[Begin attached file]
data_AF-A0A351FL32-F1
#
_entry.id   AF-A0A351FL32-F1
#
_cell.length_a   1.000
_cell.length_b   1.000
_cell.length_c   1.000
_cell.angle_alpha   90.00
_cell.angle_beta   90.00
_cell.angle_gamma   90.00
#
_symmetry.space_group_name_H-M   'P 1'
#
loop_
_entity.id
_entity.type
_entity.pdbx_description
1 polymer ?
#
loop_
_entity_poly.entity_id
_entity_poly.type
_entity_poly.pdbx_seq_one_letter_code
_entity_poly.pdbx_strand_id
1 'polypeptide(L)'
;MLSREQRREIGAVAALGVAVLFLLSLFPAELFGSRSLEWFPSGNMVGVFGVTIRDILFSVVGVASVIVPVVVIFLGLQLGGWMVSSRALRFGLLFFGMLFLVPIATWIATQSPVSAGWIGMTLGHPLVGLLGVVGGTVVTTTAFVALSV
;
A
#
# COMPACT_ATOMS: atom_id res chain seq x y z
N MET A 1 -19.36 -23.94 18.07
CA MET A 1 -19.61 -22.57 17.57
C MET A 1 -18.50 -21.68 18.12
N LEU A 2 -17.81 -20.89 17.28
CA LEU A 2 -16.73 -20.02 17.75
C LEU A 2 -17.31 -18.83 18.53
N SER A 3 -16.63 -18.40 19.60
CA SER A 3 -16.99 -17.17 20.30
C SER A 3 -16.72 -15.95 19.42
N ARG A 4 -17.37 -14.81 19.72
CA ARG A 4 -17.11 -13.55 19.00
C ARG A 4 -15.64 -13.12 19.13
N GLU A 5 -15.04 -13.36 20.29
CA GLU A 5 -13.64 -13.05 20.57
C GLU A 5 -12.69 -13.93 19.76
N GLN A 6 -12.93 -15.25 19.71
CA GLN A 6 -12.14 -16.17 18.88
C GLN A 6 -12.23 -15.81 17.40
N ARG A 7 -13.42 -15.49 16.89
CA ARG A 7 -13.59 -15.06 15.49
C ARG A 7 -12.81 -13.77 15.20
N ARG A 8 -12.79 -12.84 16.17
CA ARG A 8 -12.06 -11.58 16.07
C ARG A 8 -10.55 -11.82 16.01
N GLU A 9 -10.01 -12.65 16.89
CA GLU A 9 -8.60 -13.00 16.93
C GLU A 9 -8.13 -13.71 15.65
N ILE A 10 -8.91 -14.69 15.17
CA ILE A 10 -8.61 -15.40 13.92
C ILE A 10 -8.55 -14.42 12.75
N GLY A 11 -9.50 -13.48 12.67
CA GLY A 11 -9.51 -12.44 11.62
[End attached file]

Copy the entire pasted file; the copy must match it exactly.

data_AF-A0A351FL32-F1
#
_entry.id   AF-A0A351FL32-F1
#
_cell.length_a   1.000
_cell.length_b   1.000
_cell.length_c   1.000
_cell.angle_alpha   90.00
_cell.angle_beta   90.00
_cell.angle_gamma   90.00
#
_symmetry.space_group_name_H-M   'P 1'
#
loop_
_entity.id
_entity.type
_entity.pdbx_description
1 polymer ?
#
loop_
_entity_poly.entity_id
_entity_poly.type
_entity_poly.pdbx_seq_one_letter_code
_entity_poly.pdbx_strand_id
1 'polypeptide(L)'
;MLSREQRREIGAVAALGVAVLFLLSLFPAELFGSRSLEWFPSGNMVGVFGVTIRDILFSVVGVASVIVPVVVIFLGLQLGGWMVSSRALRFGLLFFGMLFLVPIATWIATQSPVSAGWIGMTLGHPLVGLLGVVGGTVVTTTAFVALSV
;
A
#
# COMPACT_ATOMS: atom_id res chain seq x y z
N MET A 1 -19.36 -23.94 18.07
CA MET A 1 -19.61 -22.57 17.57
C MET A 1 -18.50 -21.68 18.12
N LEU A 2 -17.81 -20.89 17.28
CA LEU A 2 -16.73 -20.02 17.75
C LEU A 2 -17.31 -18.83 18.53
N SER A 3 -16.63 -18.40 19.60
CA SER A 3 -16.99 -17.17 20.30
C SER A 3 -16.72 -15.95 19.42
N ARG A 4 -17.37 -14.81 19.72
CA ARG A 4 -17.11 -13.55 19.00
C ARG A 4 -15.64 -13.12 19.13
N GLU A 5 -15.04 -13.36 20.29
CA GLU A 5 -13.64 -13.05 20.57
C GLU A 5 -12.69 -13.93 19.76
N GLN A 6 -12.93 -15.25 19.71
CA GLN A 6 -12.14 -16.17 18.88
C GLN A 6 -12.23 -15.81 17.40
N ARG A 7 -13.42 -15.49 16.89
CA ARG A 7 -13.59 -15.06 15.49
C ARG A 7 -12.81 -13.77 15.20
N ARG A 8 -12.79 -12.84 16.17
CA ARG A 8 -12.06 -11.58 16.07
C ARG A 8 -10.55 -11.82 16.01
N GLU A 9 -10.01 -12.65 16.89
CA GLU A 9 -8.60 -13.00 16.93
C GLU A 9 -8.13 -13.71 15.65
N ILE A 10 -8.91 -14.69 15.17
CA ILE A 10 -8.61 -15.40 13.92
C ILE A 10 -8.55 -14.42 12.75
N GLY A 11 -9.50 -13.48 12.67
CA GLY A 11 -9.51 -12.44 11.62